3. What have you found to be the most effective way to communicate your message as a vegan? For example, humor, passion, images, etc.?

I’m an enthusiastic foodie. I get so excited by vegan food, how to make it quickly and deliciously, and I think my utter delight in creating vegan food rubs off on people. I’m on a book tour right now and no matter how daunting a day of travel can be, the minute I’m in front of people demonstrating fun vegan recipes, well, I’m perked up and ready to roll. Anyway who’s taken one of classes knows that humor is an integral part of what I do. We need to have fun. This is very serious stuff we’re talking about – saving animals and the planet – but that doesn’t mean we can’t laugh and smile while we’re doing it.

4. What do you think are the biggest strengths of the vegan movement?

We have some compassionate leaders who are emerging and changing the face of the movement. Though there’s still a lot of bowing down to the feet of the white male plant-based doctors, there are exciting entrepreneurs and solopreneurs that are making delicious food, creating gorgeous clothing, pushing forth a social justice message and taking up space in the environmental movement. Their leadership is inviting in a broader audience.

5. What do you think are our biggest hindrances to getting the word out effectively?

I think every single activist should know their audience and be willing to meet them where they are. Being kind and inviting others in, at their pace, just might have a more profound impact that treating people like nails and your message is the hammer. You know, I’ve been vegetarian for nearly 15 years and vegan close to eight years. My husband didn’t follow the same path. And I never tried to hammer veganism into him. I did invite him to vegan events, draw the line on what I could tolerate (I never purchased animal products or prepared them once I went vegan), model a happy and healthy vegan lifestyle, and he ultimately did make a decision to live a vegan life. On his terms.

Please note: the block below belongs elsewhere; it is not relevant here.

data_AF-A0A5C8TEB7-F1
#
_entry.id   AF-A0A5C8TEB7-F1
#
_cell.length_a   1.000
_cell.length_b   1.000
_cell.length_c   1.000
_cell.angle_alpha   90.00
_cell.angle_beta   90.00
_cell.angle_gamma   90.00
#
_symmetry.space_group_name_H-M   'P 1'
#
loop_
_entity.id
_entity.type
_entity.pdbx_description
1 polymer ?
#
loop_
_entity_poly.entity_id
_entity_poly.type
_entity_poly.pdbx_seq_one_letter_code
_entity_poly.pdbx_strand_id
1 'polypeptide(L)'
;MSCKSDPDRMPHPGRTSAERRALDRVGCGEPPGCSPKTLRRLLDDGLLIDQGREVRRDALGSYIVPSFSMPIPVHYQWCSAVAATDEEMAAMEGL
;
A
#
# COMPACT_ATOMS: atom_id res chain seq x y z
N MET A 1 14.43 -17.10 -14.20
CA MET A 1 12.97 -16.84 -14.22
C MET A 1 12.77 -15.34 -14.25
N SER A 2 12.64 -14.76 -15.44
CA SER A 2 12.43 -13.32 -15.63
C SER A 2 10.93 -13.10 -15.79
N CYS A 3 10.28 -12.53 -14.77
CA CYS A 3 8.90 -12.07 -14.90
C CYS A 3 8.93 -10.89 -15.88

6. All of us need a “why vegan” elevator pitch. We’d love to hear yours.

I was on a morning news show in Denver show last month and the anchor asked me why I didn’t want to eat animals or animal products,

“I don’t need to eat them, so why harm them?”

Obviously I’m only going up one floor on the elevator (oops, should have walked).

7. Who are the people and what are the books, films, websites and organizations that have had the greatest influence on your veganism and your continuing evolution?

I have many mentors and there are leaders I admire from afar but I have to say that Ginny Messina, Christopher-Sebastian McJetters, and Andy Tabar are three people who really inspire me. They are consistent in their vegan message. They speak truth to power. They are vegan for the animals.

When I want to passively share vegan information on my personal social media, knowing many of my non-vegan friends and family will see it, I lean toward Vegan Outreach and Mercy for Animals. And of course I share Vegan Street memes! [Ed. note: Interrupting this interview to pass the hat and remind you, gentle reader, that you can support the memes and other work we create by signing on as Patreons of Vegan Street.]

8. Burn-out is so common among vegans: what do you do to unwind, recharge and inspire yourself?

Before transitioning my career to that of culinary instructor and food writer, I worked in the nonprofit sector. My clients were victims of hate crimes, sexual assault survivors, and women around the globe who experienced all types of violence. I learned early in my career that carving out time for quiet reflection or reckless and loud fun was essential to cope and come back refreshed. I still carve out meditative and raucous time.

9. What is the issue nearest and dearest to your heart that you would like others to know more about?

I want every single chubby/curvy/fat vegan to know I see you and I love you and you are as important, if not more important, in this movement. Please do not let the loud, highly visible people who judge and shame food choices and body size silence you. 

10. Please finish this sentence: “To me, being vegan is...”

…meeting my highest self.